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NOAA Changes Its Hurricane Computer Prediction Service

Hurricane season has just begun and for the first time in 40 years, the National Weather service has given its computer prediction service a major makeover they say will make it more timely and more accurate.

The system relies on new satellites, new weather modules and a more powerful computer to update its Global Forecast System.

“It’s more dynamic and should allow for more accurate predictions as we go out into the future,” said Jeff Orrock, Meteorologist in Charge of the National Weather Service in Richmond. “This will be pretty exciting for the upcoming hurricane season. It should be better able to assimilate what is actually happening around the core of a hurricane which should improve some of the intensity-based forecasting.”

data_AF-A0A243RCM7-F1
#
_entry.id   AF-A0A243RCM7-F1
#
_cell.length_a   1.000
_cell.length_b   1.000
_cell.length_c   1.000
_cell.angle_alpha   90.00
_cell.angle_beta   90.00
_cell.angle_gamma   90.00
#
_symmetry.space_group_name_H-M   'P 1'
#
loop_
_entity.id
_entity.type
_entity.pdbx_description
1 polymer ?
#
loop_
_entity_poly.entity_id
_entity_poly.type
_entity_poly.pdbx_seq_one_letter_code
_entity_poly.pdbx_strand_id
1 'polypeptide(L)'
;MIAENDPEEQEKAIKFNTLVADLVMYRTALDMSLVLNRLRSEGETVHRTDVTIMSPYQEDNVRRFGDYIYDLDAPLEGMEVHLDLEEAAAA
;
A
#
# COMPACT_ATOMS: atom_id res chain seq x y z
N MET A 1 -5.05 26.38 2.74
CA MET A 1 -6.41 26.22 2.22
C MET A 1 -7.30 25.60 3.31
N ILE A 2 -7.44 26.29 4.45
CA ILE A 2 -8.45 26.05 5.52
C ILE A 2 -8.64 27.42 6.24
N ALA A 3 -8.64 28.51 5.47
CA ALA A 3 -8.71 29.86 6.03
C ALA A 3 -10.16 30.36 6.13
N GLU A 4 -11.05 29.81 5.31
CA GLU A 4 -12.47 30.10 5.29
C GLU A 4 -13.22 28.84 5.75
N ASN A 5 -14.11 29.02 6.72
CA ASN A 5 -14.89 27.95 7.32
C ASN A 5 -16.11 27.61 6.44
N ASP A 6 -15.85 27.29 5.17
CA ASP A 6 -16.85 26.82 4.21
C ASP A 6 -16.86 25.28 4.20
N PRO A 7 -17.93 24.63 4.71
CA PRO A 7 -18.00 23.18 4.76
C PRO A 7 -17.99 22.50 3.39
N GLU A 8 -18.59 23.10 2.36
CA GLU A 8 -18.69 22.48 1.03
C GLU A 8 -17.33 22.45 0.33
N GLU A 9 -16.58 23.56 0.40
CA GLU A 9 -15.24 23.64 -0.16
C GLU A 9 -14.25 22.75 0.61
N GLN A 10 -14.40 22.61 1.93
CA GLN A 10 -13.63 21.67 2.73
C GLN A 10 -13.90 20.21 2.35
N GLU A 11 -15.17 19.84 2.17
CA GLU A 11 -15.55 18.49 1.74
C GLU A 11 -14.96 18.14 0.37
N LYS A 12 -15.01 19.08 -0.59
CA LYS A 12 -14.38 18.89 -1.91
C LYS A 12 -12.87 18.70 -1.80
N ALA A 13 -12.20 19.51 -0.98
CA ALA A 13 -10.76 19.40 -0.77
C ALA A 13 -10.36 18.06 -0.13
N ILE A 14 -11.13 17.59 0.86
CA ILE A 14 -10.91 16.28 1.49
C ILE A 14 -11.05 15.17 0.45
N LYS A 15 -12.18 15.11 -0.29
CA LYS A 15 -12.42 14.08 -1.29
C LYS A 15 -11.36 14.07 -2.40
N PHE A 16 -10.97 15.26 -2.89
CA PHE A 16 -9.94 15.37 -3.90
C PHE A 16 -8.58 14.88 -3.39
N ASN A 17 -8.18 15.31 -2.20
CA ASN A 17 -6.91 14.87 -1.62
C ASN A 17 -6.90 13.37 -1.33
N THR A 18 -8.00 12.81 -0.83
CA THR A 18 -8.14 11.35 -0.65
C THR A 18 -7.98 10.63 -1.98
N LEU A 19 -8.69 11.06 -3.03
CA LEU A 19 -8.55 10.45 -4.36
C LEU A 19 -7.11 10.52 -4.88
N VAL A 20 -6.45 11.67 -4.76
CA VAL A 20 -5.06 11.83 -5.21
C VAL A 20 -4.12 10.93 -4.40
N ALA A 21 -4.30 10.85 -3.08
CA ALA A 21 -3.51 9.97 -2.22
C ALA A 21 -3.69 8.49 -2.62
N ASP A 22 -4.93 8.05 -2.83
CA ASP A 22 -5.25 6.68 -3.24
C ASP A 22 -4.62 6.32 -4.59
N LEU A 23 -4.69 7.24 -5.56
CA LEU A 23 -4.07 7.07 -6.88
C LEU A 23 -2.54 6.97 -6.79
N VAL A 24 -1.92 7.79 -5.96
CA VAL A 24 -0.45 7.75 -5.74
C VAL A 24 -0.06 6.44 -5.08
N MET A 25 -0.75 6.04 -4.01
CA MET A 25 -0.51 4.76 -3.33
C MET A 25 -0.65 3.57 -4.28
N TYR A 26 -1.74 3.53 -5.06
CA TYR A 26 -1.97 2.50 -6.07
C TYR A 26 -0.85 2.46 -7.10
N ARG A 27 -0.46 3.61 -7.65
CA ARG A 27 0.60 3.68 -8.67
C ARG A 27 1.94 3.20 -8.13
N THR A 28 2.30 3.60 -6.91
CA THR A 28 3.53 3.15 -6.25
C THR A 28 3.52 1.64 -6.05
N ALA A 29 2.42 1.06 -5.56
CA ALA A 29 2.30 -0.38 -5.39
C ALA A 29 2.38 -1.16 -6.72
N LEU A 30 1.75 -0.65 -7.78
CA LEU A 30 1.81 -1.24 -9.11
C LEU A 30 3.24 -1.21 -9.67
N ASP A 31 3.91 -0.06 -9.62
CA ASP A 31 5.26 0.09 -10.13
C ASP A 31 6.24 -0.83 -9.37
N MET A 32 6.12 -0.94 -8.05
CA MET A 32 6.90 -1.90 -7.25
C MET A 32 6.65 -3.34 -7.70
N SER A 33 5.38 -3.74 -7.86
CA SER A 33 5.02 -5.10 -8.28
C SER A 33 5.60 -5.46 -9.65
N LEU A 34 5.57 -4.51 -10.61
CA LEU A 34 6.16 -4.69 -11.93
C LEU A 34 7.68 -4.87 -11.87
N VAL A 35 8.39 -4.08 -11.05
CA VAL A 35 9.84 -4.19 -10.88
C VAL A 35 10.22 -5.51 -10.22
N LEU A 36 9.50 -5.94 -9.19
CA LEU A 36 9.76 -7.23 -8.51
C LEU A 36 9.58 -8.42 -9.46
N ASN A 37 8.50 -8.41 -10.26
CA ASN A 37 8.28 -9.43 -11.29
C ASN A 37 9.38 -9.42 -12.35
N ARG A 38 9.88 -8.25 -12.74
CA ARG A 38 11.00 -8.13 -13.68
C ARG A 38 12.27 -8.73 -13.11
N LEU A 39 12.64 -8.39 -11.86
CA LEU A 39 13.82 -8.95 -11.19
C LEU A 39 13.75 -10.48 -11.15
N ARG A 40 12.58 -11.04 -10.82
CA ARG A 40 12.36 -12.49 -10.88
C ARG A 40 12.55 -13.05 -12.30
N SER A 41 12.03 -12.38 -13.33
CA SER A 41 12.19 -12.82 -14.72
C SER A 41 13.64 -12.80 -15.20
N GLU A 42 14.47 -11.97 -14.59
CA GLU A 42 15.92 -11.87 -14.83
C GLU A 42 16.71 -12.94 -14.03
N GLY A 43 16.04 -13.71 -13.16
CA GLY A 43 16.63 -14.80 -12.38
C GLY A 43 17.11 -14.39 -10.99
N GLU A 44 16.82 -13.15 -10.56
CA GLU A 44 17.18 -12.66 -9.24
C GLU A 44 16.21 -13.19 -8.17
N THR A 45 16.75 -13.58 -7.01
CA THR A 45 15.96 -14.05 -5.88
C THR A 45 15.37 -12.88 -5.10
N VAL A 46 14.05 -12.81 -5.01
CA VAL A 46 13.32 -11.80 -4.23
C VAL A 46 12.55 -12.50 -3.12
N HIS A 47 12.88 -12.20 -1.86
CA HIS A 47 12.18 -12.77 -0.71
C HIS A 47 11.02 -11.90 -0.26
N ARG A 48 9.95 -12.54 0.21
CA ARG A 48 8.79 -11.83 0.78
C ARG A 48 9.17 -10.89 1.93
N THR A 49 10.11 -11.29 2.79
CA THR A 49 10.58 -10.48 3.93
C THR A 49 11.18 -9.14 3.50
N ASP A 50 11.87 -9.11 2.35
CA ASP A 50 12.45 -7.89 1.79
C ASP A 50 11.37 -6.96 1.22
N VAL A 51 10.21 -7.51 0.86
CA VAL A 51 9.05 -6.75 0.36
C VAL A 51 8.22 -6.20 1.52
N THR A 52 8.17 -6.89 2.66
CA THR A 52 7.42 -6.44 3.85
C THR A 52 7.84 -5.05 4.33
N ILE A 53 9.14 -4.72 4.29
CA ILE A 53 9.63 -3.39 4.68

A report presented to Gov. Northam before the start of Atlantic Hurricane season, said a storm like Florence in 2018, that turned south at the last minute, could have cost Virginia up to $50 billion in damages, and when and where it was going is critical to know.

Orrock says the new system will not only track hurricanes better, but also the kind of afternoon storms the area has been getting on an almost daily basis.

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